When we took the backyard ice rink down, the man who took it apart asked, “Should I just put the gear above the garage?”
I answered, “Yes.”
The rink was down for the season, and we had no need for the goals, the piles of sticks bought at garage sales, all the pucks dotting the yard.
“Put it in the attic space above the garage,” I told him. Except I forgot something.
That something was the word “gear.” The pads and the skates and the bag my son needed at precisely 5:45 that evening as we prepared to load the car and head off to a three-on-three tournament.
“Where’s William’s bag?”
Three children and I standing in the garage staring at where the hockey bags should be, always were, but not there.
My brain slowly churned up the answer. The man who took down the rink put the children’s hockey bags in the garage attic. Who would do that? Clearly some guy whose kids never played hockey, because any hockey mom would know that there are no two consecutive weeks during the year when you aren’t lacing up a pair of skates.
So I got out a stepladder and went to pull down the stairs to the garage attic, the stairs my husband told me never to pull down by myself, ever. And that is why my son never made it to the three-on-three tournament. Instead, he is in his room wailing and I am in my bed on an ice pack, drugged on ibuprofen and muscles-relaxers, my husband out of town on business. I am wallowing in self-pity as I replay in my drug-addled brain how that last pulley system was supposed to work.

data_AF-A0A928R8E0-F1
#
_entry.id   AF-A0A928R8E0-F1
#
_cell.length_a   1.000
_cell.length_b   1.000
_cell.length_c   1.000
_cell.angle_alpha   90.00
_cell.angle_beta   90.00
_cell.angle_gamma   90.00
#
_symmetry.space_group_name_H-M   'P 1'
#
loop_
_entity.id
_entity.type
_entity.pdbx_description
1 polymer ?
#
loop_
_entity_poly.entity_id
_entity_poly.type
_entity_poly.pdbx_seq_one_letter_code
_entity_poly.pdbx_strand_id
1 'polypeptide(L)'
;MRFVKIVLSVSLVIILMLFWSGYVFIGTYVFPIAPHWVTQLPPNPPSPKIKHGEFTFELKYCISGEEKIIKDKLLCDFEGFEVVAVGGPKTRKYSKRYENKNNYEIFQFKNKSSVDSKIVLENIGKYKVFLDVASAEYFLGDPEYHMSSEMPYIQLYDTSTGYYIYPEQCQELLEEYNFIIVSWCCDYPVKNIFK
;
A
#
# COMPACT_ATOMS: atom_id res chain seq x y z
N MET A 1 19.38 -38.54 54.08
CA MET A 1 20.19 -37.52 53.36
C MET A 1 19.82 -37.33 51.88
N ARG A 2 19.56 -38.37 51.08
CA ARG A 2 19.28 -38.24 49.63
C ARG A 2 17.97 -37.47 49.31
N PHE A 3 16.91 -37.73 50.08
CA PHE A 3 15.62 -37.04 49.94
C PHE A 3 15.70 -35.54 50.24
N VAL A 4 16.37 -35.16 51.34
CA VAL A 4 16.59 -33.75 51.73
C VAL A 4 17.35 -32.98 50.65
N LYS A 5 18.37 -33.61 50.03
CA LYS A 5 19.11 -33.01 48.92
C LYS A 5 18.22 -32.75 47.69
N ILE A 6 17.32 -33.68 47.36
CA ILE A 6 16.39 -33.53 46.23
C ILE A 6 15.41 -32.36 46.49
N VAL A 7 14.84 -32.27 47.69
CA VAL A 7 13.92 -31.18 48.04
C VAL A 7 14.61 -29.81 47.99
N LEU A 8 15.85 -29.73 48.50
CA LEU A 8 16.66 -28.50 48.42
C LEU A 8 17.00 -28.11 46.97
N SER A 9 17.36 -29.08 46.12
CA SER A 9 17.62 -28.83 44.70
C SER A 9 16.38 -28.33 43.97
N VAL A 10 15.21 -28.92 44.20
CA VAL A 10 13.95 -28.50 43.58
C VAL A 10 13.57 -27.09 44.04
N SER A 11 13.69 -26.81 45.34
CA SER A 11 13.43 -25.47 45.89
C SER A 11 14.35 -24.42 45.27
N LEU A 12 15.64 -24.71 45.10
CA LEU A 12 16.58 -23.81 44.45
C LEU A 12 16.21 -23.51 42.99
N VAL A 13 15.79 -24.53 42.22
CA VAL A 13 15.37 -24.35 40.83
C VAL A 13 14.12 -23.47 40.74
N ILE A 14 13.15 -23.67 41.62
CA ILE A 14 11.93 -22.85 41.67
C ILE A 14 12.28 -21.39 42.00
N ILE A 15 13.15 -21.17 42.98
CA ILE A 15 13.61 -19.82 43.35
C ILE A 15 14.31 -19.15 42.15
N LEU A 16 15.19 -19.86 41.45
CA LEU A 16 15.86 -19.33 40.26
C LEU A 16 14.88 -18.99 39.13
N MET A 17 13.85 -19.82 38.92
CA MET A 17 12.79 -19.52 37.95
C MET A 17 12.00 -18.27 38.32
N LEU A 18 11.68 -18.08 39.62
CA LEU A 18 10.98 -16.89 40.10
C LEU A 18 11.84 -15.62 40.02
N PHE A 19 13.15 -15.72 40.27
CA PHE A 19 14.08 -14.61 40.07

I have friends who tell me they don’t need a man. If anything happens to their husbands they will never marry again. They do everything by themselves anyway. Really? Everything? As for me, I do need a man, and I like having my husband around. I realize that most when my husband is gone, working, traveling on business again. When I miss him, and I really do have to do everything, even getting hockey gear out of the garage attic.
The stairs were what my husband and his buddy spent an entire afternoon jerry-rigging with some ridiculous pulley system. Meanwhile, the stairs are at least 70 years old, completely antiquated; they weigh about a hundred pounds and are covered in layers of toxic lead paint. Why not just go buy a new pull-down ladder you can actually use without an adrenaline rush?
That was the question I asked the contemplative duo that afternoon while they stood in the garage listening to classic rock and staring at the ceiling, making comments to each other,
“No, no, this will work, this will work.”
Apparently not very well.
But then buying a new pull-down ladder, one that actually works and is safe and nontoxic, is something I would have done. Something a woman would have done. I’m a woman. The one who thinks she needs a man.